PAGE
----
So Lot went out and spoke to his sons-in-law, who were pledged to marry his daughters. He said, "Hurry and get out of this place, because the Lord is about to destroy the city!" But his sons-in-law thought he was joking.
       With the coming of dawn, the angels urged Lot, saying, "Hurry! Take your wife and your two daughters who are here, or you will be swept away when the city is punished."
       When he hesitated, the men grasped his hand and the hands of his wife and of his two daughters and led them safely out of the city, for the Lord was merciful to them. As soon as they had brought them out, one of them said, "Flee for your lives! Don't look back, and don't stop anywhere in the plain! Flee to the mountains or you will be swept away!"
       But Lot said to them, "No, my lords, please! Your servant has found favor in your eyes, and you have shown great kindness to me in sparing my life. But I can't flee to the mountains; this disaster will overtake me, and I'll die. Look, here is a town near enough to run to, and it is small. Let me flee to it -- it is very small, isn't it? Then my life will be spared."
       He said to him, "Very well, I will grant this request too; I will not overthrow the town you speak of. But flee there quickly, because I cannot do anything until you reach it." (That is why the town was called Zoar.)
       By the time Lot reached Zoar, the sun had risen over the land. Then the Lord rained down burning sulfur on Sodom and Gomorrah -- from the Lord out of the heavens. Thus he overthrew those cities and the entire plain, including all those living in the cities -- and also the vegetation in the land. But Lot's wife looked back and she became a pillar of salt.
       Early the next morning Abraham got up and returned to the place where he had stood before the Lord. He looked down toward Sodom and Gomorrah, toward all the land of the plain, and he saw dense smoke rising from the land, like smoke from a furnace. So when God destroyed the cities of the plain, he remembered Abraham, and he brought Lot out of the catastrophe that overthrew the cities where Lot had lived.
       Lot and his two daughters left Zoar and settled in the mountains, for he was afraid to stay in Zoar. He and his two daughters lived in a cave.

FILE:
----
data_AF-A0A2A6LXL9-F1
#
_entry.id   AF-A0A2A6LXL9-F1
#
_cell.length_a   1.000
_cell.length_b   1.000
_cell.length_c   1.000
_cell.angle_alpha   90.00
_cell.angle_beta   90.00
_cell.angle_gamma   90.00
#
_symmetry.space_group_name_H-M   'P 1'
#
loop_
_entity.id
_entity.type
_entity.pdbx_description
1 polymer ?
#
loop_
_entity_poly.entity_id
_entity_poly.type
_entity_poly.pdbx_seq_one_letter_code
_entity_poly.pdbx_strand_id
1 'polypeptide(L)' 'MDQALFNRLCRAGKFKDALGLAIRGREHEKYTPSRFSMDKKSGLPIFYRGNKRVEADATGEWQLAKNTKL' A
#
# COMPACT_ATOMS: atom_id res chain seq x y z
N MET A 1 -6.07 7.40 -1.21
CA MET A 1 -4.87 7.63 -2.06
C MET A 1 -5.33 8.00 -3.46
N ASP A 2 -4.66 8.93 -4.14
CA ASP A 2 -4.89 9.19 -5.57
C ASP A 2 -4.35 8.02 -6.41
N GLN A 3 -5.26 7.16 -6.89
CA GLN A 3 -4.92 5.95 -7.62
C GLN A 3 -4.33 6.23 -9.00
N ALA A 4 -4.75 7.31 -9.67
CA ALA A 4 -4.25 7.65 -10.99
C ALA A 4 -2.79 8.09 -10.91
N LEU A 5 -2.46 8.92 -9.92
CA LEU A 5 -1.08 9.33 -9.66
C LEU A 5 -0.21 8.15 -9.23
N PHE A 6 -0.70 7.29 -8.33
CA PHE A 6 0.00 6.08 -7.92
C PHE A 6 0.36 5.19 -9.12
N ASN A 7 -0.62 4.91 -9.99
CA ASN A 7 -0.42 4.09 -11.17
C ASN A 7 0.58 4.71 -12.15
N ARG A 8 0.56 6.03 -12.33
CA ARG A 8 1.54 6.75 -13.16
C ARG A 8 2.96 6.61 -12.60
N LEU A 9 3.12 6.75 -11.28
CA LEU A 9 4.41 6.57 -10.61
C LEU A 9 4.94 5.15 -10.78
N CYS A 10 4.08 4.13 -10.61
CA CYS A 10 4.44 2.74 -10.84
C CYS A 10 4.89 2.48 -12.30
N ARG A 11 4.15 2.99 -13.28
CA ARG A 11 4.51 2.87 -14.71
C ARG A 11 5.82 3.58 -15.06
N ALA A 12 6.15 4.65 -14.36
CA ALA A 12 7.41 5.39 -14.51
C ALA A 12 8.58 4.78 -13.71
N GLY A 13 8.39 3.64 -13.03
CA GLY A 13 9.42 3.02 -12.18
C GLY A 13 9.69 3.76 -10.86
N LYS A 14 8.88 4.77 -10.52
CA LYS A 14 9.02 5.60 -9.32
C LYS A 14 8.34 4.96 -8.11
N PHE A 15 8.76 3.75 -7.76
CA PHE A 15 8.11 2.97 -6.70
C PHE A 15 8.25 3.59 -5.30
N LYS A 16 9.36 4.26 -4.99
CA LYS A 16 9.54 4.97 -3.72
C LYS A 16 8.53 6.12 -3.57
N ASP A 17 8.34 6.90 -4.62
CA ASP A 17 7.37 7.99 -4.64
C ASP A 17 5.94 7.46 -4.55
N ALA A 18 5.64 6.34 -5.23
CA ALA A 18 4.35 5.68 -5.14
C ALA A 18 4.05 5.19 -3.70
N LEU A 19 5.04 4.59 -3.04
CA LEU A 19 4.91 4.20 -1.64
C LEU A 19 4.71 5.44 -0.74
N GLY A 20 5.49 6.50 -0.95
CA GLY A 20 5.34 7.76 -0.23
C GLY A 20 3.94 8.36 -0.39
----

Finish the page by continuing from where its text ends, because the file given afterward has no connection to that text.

One day the older daughter said to the younger, "Our father is old, and there is no man around here to lie with us, as is the custom all over the earth. Let's get our father to drink wine and then lie with him and preserve our family line through our father."
       That night they got their father to drink wine, and the older daughter went in and lay with him. He was not aware of it when she lay down or when she got up.
       The next day the older daughter said to the younger, "Last night I lay with my father. Let's get him to drink wine again tonight, and you go in and lie with him so we can preserve our family line through our father."
       So they got their father to drink wine that night also, and the younger daughter went and lay with him. Again he was not aware of it when she lay down or when she got up.
       So both of Lot's daughters became pregnant by their father. The older daughter had a son, and she named him Moab; he is the father of the Moabites of today. The younger daughter also had a son, and she named him Ben-Ammi; he is the father of the Ammonites of today.

       Lot is not cast in the most favorable light; in fact, it is quite clear that his conduct leaves a lot to be desired. And yet, Peter makes an interesting, and apparently contradictory statement about Lot:

       And if he rescued Lot, a righteous man, who was distressed by the filthy lives of lawless men (for that righteous man, living among them day after day, was tormented in his righteous soul by the lawless deeds he saw and heard)... (2 Peter 2:7-8)

       Lot is a righteous man? He didn't want to leave Sodom and Gomorrah, his sons-in-law had no respect for him, he offered his daughters to a pack of homosexuals to rape, and finally his daughters get him drunk and he has sex with them, making them pregnant. How can a man like this be considered righteous?

       For it is by grace you have been saved, through faith -- and this not from yourselves, it is the gift of God -- not by works, so that no one can boast. For we are God's workmanship, created in Christ Jesus to do good works, which God prepared in advance for us to do. (Ephesians 2:8-10)